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Poems Every Child Should Know by  Mary E. Burt

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Poems Every Child Should Know
by Mary E. Burt
An outstanding collection of poems that appeal to both boys and girls, compiled by a teacher who believed in the formative power of learning poetry by heart. 'Children,' she maintains, 'should build for their future and get, while they are children, what only the fresh imagination of the child can assimilate. They should store up an untold wealth of heroic sentiment; they should acquire the habit of carrying a literary quality in their conversation; they should carry a heart full of the fresh and delightful associations and memories connected with poetry hours to brighten mature years. They should develop their memories while they have memories to develop.' The poems are grouped into six sections (The Budding Moment, The Little Child, The Day's at the Morn, Lad and Lassie, On and On, 'Grow Old Along with Me') to make it easier to locate poems that match a child's maturity.  Ages 8-12
391 pages $14.95   




[15] "The Owl and the Pussy-Cat," by Edward Lear (1812-88), is placed here because I once found that a timid child was much strengthened and developed by learning it. It is a song that appeals to the imagination of children, and they like to sing it.

The Owl and the Pussy-Cat went to sea

In a beautiful pea-green boat;

They took some honey, and plenty of money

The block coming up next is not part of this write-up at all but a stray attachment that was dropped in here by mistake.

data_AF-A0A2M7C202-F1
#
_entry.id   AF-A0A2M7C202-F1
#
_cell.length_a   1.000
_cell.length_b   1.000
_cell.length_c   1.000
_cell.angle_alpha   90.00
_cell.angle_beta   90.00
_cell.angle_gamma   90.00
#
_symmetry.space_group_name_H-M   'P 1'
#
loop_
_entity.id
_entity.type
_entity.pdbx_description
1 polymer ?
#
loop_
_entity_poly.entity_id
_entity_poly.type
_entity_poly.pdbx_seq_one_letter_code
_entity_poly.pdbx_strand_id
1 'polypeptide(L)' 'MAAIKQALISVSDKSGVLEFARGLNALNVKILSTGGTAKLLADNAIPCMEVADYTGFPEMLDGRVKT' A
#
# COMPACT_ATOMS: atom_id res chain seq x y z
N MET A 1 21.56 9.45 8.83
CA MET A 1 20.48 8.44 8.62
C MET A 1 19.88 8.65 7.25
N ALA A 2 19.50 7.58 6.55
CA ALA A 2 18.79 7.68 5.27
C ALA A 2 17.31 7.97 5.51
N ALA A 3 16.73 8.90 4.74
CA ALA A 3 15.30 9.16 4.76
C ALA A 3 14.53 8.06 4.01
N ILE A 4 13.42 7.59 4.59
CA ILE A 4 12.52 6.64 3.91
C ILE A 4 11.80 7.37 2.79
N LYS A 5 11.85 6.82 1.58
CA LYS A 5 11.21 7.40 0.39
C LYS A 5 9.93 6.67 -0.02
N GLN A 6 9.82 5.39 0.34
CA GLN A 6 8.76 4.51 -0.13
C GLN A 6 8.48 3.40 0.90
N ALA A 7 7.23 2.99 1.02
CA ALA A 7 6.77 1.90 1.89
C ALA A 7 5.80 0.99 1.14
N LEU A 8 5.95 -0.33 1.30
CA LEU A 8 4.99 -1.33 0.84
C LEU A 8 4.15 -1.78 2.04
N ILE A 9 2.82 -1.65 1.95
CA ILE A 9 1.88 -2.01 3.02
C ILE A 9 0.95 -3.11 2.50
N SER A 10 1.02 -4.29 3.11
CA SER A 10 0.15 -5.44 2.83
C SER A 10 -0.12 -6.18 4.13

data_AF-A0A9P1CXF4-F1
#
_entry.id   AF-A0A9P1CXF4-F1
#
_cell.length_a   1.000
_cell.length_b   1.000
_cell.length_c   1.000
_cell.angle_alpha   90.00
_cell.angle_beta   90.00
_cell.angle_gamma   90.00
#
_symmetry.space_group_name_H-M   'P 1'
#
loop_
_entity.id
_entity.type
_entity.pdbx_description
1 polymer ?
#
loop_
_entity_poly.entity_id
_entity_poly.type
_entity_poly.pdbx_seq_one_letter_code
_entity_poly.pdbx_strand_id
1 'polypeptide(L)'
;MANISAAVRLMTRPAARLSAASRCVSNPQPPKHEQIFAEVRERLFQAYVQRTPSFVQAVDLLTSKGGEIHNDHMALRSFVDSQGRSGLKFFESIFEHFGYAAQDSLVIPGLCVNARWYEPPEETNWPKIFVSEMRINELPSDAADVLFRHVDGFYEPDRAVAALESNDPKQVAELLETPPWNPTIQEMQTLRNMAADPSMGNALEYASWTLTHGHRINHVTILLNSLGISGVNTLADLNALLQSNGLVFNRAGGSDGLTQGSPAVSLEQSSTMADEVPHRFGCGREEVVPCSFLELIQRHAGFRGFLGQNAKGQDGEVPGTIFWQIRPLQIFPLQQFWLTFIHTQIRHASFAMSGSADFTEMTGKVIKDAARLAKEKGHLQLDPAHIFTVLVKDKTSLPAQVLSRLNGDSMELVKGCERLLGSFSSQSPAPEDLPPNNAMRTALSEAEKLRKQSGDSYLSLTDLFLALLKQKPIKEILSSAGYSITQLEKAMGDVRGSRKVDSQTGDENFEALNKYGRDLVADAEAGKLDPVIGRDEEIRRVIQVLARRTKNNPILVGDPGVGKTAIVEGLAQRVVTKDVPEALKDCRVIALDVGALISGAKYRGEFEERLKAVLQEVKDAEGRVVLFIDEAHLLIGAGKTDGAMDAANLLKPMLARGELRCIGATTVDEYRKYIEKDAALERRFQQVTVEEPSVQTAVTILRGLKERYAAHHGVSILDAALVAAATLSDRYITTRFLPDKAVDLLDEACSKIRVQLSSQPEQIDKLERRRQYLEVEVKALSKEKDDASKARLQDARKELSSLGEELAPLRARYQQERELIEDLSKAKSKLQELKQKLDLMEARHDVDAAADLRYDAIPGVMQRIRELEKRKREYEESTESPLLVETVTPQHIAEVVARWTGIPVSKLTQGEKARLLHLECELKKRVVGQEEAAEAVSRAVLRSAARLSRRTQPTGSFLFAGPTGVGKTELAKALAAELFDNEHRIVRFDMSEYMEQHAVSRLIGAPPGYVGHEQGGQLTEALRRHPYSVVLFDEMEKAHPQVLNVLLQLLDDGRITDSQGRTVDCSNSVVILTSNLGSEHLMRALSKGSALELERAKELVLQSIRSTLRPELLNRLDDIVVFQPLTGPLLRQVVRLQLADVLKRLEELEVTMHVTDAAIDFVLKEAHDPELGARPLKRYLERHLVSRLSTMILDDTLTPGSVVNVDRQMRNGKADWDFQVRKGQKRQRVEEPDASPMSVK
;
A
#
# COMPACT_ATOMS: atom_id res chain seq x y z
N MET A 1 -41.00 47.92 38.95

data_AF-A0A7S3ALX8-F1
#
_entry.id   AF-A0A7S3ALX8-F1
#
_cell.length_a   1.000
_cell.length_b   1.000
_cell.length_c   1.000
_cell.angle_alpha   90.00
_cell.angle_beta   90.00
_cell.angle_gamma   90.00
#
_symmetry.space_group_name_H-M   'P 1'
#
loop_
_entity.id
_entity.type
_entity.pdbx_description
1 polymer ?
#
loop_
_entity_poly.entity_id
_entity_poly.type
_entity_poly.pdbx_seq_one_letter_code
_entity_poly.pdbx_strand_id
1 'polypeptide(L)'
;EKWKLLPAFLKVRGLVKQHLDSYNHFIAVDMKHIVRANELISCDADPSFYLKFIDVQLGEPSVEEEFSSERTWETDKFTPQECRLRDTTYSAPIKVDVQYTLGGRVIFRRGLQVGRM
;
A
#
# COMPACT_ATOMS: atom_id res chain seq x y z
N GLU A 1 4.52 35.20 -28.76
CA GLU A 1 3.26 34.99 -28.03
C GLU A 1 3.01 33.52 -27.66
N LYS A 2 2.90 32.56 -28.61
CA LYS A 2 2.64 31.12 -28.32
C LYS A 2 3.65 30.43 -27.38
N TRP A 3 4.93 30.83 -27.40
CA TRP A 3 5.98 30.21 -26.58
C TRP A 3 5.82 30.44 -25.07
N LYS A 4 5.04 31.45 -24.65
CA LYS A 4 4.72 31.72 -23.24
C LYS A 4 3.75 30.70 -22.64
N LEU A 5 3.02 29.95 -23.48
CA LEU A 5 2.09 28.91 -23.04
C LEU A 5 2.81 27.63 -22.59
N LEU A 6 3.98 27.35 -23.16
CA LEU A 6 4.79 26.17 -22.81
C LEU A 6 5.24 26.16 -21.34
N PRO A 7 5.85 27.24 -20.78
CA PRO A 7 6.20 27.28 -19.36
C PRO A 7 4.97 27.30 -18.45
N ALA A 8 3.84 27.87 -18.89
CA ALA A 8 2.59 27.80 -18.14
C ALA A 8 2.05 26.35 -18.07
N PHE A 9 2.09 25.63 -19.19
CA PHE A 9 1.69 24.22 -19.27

Wrapped up in a five-pound note.

The Owl looked up to the moon above,

And sang to a small guitar,

"O lovely Pussy! O Pussy, my love!

What a beautiful Pussy you are,—

You are,

What a beautiful Pussy you are!"

Pussy said to the Owl, "You elegant fowl!

How wonderful sweet you sing!

Oh, let us be married,—too long we have tarried,—

But what shall we do for a ring?"

They sailed away for a year and a day

To the land where the Bong-tree grows,

And there in a wood a piggy-wig stood

With a ring in the end of his nose,—

His nose,

With a ring in the end of his nose.

"Dear Pig, are you willing to sell for one shilling

Your ring?" Said the piggy, "I will,"

So they took it away, and were married next day

By the turkey who lives on the hill.


They dined upon mince and slices of quince,

Which they ate with a runcible spoon,

And hand in hand on the edge of the sand

They danced by the light of the moon,—

The moon,

They danced by the light of the moon.


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